Accountability and the Common Core Standards

Like many states, we in Arizona are implementing what has been labeled, “Common Core Standards” for K-12.  The challenges are considerable, but it will be essential for those inside and outside the system who favor reform to persevere in 2013.  Sunday’s issue of my hometown newspaper, the Arizona Republic, cataloged the challenges confronting Arizona’s schools in implementing tougher standards, increasing accountability, and developing a new examination program for students.  The challenges are probably not distinctive to Arizona.

Among the leading challenges is training teachers in teaching methods that lead students to use critical thinking in teaching math and language.  Sound teacher training remains at the heart of improving our educational system.  The good news is that some colleges, like Dean Mari Koerner’s at Arizona State University, are committed to graduating new teachers with these pedagogical skills.  The bad news, according to the Arizona Republic, is that many teachers lack training in this area, and districts lack funding for re-training.

This blog has written before about the role that critical thinking plays in learning science.  I pointed to the advantages that arise from teaching science based on the “Five E’s” –Engage, Explore, Explain, Extend and Evaluate.  Study shows that software like that from Adaptive Curriculum encourages learning based on the Five E’s.  Success with the Common Core Standards depends upon teaching methods that encourage critical thinking is expected.  That teachers lack this skill may be a surprise to many.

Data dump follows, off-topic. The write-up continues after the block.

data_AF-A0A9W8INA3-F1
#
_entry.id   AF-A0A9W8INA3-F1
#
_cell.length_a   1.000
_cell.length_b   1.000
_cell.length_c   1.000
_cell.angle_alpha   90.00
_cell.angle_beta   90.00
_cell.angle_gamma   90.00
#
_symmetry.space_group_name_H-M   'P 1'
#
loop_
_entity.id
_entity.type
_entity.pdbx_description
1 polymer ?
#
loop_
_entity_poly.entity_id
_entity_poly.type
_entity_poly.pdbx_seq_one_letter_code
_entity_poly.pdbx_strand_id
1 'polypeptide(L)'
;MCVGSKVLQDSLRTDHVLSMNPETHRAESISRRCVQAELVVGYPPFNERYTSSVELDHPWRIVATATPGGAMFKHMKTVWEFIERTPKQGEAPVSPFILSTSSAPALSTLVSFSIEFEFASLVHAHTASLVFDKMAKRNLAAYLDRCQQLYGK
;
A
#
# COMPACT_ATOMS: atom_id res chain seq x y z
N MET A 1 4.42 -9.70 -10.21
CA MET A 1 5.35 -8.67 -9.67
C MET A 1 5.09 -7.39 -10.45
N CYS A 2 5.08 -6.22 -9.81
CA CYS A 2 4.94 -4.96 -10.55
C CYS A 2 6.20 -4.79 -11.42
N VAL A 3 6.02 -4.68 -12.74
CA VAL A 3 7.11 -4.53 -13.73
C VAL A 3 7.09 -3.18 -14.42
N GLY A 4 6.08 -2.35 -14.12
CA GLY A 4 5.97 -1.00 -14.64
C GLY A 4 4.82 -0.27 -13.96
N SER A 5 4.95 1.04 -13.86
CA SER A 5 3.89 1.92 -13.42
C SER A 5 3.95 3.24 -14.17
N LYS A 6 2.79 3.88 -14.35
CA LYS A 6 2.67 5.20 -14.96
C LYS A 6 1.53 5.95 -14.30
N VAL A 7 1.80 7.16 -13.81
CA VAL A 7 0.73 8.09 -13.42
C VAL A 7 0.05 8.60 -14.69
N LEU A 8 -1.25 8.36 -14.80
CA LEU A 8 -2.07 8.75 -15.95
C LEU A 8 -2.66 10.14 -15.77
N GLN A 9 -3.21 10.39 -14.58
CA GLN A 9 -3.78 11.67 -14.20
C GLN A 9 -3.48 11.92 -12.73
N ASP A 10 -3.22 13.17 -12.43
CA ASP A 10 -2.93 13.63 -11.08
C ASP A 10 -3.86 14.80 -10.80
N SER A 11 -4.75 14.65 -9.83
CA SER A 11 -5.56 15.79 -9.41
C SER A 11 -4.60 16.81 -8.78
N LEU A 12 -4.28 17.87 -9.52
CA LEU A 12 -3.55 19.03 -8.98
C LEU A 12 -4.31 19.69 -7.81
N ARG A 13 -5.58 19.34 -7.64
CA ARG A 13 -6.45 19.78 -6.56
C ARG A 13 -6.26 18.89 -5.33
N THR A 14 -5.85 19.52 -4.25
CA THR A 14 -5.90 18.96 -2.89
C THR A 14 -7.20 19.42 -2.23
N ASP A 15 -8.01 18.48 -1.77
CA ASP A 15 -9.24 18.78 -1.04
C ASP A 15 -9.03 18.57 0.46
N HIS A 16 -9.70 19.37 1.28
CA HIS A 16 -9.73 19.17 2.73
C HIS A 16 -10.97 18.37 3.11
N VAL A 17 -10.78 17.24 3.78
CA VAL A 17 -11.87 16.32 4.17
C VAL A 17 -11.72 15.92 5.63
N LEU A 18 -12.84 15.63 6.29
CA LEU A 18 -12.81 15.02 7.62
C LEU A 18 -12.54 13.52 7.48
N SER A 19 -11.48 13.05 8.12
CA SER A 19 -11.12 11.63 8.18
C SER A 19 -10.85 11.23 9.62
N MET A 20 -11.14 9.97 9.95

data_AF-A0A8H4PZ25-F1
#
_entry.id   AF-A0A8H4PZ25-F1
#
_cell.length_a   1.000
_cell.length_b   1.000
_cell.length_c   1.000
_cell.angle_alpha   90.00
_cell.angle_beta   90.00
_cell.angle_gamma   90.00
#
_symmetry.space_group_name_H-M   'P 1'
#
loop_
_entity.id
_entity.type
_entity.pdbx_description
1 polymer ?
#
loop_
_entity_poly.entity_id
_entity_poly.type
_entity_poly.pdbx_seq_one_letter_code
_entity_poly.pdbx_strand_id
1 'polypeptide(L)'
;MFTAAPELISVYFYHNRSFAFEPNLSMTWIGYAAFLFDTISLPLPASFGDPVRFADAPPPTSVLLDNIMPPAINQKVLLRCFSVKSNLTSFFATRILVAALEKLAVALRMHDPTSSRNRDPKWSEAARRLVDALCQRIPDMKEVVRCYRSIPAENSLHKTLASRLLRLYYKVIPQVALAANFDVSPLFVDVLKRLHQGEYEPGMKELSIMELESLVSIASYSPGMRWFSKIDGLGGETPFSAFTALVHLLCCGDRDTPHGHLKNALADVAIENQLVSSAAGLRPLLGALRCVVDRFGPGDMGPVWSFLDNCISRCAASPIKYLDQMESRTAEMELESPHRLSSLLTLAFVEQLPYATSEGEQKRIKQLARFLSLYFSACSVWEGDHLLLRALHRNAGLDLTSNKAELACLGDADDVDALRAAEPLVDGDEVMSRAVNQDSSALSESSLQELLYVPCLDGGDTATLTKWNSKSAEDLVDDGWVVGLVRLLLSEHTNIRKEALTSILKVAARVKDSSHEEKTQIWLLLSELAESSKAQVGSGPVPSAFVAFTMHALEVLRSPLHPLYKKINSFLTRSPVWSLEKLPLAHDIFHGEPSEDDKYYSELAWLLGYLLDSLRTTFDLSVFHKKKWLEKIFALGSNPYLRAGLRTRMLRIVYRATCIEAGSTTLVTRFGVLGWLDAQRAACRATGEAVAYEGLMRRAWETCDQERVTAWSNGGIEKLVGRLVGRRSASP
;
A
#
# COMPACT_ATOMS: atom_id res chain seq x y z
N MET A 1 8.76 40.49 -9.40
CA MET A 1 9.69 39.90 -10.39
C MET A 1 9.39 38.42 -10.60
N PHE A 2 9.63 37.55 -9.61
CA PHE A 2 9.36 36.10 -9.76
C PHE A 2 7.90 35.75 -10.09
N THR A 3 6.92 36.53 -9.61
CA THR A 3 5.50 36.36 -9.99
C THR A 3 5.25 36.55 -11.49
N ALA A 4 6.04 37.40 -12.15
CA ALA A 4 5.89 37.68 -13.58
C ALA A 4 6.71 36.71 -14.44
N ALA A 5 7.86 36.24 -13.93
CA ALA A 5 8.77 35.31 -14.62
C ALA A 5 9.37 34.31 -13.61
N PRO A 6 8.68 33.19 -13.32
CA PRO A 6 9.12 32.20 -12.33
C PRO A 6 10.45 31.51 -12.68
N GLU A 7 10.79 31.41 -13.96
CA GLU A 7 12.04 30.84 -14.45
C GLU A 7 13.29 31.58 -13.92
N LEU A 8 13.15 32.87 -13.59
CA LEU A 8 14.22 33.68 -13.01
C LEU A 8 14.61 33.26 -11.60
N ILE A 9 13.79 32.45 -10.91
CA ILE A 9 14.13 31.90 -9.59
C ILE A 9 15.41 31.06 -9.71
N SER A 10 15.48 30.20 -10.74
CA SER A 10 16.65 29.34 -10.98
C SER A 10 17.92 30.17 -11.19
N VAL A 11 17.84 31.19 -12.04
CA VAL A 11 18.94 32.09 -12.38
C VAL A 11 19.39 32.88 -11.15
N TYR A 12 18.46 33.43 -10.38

The challenge for individual teachers – and districts – is to rectify short-comings in teachers’ skills at using teaching methods that encourage critical thinking.  Both have a responsibility.  Like other professionals who must continuously develop themselves, teachers have a similar responsibility.  School districts, of course, have a responsibility to find funding necessary for professional development training in an area that will make graduates more competitive globally.

That teachers lack training in methods associated with critical thinking is surprising, especially since the Five E’s have been around for decades.  What is also surprising is that the focus of some states like Arizona appears not to include as much of an emphasis on science as language or mathematics.  If the US is to be competitive globally, we will need high school and college graduates who have the capacity to meet the challenges of science, math and language skills.

Tougher, “Common Core Standards” are a major step forward.  That some 46 states are adopting them is really positive.  Now the challenge is to ensure that teachers are capable of implementing them successfully in math, language – and science.


One thought on “Accountability and the Common Core Standards

  1. The 2013 Forces for Change in Education « Penley on Education and Energy

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